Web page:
Africa must listen to the voice of youth.

Author:Chimhanzi, Jacqueline
Position:Youth leadership

Africa's challenges require the new thinking that only young people can bring. Dr Jacqueline Chimhanzi and Monique Atouguia of the African Leadership Institute explain why we need to pay more attention to the voice of youth and how we can make sure it is heard

It is undeniable that Africa's young people are not simply a demographic wave but in fact the entire ocean. They are, to quote Dr Wangui Kimari, "the demographic, creative, labour and political majority". Africa is, by far, the youngest continent on the globe and is set to remain so for the next 30 years. The average median age on the continent is estimated to be 19.7 years, in contrast to median ages of 30.6 in Asia and 41.7 in Europe.

Given the complexities and challenges the continent faces, there is a need to harness ideas from across the population divide--men, women and youth--to propel Africa forward. While inclusion and diversity policies have largely focused on gender, there have not been similar concerted efforts focused on the youth.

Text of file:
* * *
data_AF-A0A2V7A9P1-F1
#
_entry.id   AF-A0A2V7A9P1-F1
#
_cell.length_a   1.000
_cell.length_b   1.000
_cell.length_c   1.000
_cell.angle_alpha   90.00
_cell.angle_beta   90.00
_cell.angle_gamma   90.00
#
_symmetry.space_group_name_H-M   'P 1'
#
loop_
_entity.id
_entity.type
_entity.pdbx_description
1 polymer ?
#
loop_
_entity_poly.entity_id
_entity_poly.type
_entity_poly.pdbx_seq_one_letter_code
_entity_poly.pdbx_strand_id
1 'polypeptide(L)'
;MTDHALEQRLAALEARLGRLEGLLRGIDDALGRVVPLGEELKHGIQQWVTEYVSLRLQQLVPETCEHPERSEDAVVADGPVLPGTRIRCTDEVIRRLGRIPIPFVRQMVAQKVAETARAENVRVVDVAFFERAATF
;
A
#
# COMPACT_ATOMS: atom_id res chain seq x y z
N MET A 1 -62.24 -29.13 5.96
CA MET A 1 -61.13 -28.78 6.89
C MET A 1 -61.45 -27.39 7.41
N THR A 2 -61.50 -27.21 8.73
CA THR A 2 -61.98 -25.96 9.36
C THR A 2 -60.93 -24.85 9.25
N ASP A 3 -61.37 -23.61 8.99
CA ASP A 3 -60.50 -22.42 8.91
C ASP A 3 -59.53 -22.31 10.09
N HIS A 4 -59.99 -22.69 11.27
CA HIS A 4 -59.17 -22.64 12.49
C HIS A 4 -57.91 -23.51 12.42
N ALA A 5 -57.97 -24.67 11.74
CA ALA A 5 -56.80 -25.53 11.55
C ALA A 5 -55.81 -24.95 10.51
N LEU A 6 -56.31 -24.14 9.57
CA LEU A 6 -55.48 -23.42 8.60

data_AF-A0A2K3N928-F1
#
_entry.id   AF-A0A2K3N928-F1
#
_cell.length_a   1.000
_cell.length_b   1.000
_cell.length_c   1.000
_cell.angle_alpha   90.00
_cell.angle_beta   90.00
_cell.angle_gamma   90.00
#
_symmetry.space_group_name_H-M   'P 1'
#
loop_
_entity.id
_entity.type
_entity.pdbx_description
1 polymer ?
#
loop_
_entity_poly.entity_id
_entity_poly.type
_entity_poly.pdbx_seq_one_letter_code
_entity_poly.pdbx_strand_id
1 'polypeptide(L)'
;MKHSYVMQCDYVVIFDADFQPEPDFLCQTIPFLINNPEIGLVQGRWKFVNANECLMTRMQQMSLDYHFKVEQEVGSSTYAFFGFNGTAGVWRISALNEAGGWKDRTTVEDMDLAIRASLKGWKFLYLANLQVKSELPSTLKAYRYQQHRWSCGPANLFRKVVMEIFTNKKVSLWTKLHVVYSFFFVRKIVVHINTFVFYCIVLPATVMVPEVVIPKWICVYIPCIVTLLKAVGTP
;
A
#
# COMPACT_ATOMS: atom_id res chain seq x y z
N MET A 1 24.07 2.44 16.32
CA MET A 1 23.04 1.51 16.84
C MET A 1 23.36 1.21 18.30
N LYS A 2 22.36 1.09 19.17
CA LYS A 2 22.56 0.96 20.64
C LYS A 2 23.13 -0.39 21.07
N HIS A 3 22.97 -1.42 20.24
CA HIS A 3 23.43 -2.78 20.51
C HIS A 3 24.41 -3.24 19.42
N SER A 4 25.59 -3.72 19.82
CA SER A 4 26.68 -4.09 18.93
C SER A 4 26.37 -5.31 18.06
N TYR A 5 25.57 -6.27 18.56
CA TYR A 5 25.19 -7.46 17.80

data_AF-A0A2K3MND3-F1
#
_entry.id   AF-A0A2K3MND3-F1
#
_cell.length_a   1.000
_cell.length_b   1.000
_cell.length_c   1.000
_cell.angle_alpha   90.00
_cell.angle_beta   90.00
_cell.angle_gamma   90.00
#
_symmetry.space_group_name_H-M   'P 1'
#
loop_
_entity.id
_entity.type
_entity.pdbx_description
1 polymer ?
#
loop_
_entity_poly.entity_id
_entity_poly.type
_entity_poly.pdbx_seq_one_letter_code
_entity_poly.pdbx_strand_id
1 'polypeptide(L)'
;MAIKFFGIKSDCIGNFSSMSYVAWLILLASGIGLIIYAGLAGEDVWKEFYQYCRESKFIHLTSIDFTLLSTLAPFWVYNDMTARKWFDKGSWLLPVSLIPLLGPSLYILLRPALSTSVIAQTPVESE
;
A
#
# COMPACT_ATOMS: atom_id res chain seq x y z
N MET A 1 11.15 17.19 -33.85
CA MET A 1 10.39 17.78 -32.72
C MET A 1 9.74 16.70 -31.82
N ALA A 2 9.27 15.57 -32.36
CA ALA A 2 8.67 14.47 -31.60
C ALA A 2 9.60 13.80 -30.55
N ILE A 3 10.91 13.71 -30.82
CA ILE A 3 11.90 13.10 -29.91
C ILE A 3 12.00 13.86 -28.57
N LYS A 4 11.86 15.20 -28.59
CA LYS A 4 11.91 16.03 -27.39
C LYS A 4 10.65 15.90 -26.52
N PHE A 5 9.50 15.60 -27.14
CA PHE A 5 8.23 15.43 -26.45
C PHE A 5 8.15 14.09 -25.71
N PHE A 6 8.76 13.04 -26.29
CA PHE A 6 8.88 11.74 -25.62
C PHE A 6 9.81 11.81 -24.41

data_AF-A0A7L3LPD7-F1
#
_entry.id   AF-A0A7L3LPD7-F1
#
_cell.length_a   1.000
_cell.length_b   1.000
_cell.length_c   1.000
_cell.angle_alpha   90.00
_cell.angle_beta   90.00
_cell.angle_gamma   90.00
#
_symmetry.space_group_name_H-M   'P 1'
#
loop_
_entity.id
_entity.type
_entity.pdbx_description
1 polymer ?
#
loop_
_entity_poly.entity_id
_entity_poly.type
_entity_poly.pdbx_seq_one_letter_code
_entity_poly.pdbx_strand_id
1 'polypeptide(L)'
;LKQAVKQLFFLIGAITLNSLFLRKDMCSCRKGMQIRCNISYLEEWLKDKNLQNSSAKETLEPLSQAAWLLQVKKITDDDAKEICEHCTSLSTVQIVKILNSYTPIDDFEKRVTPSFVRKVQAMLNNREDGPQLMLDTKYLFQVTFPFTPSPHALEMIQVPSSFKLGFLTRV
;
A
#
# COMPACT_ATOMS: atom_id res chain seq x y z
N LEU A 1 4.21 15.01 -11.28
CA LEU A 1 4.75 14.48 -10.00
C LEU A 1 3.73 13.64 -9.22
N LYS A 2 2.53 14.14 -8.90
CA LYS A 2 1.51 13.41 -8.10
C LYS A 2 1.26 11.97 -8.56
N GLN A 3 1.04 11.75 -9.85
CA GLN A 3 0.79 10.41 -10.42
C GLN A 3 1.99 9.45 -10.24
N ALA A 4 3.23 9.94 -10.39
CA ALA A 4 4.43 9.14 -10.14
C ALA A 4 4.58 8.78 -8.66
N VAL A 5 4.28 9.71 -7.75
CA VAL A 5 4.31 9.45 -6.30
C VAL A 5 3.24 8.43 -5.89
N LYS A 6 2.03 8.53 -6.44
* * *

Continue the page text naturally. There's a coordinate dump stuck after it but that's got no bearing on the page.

Leadership on the continent must strive to become increasingly more youth-led. Only about 3% of the continent's population are over the age of 65, yet the average age of African leaders is 77. This puts the average age gap between citizens and their leaders on the continent at about 48 years.

What this represents is a severe distortion of representation and leadership. Despite what many have referred to as a "demographic dividend", young Africans continue to be marginalised and evidence suggests that this demographic dividend is not being harnessed.

Business as usual isn't working

Therefore, it cannot be business as usual. The nature of the challenges that Africa faces require a new kind of responsiveness. The demand for new thinking and innovative solutions has seldom been greater and these solutions are necessarily created at the nexus of experience and new thinking which will be enabled by intergenerational efforts.

But those intergenerational dynamics can be challenging. Reflecting on his own experience, David Sengeh, chief innovation officer at the Directorate of Science, Technology and Innovation of Sierra Leone, says: "What was important was for me to learn how to engage with the age mates of my father and uncles--the societal and cultural dynamics can be very difficult to navigate. What helps with the intergenerational dynamics are the technical contributions you make which make your presence invaluable at the table."

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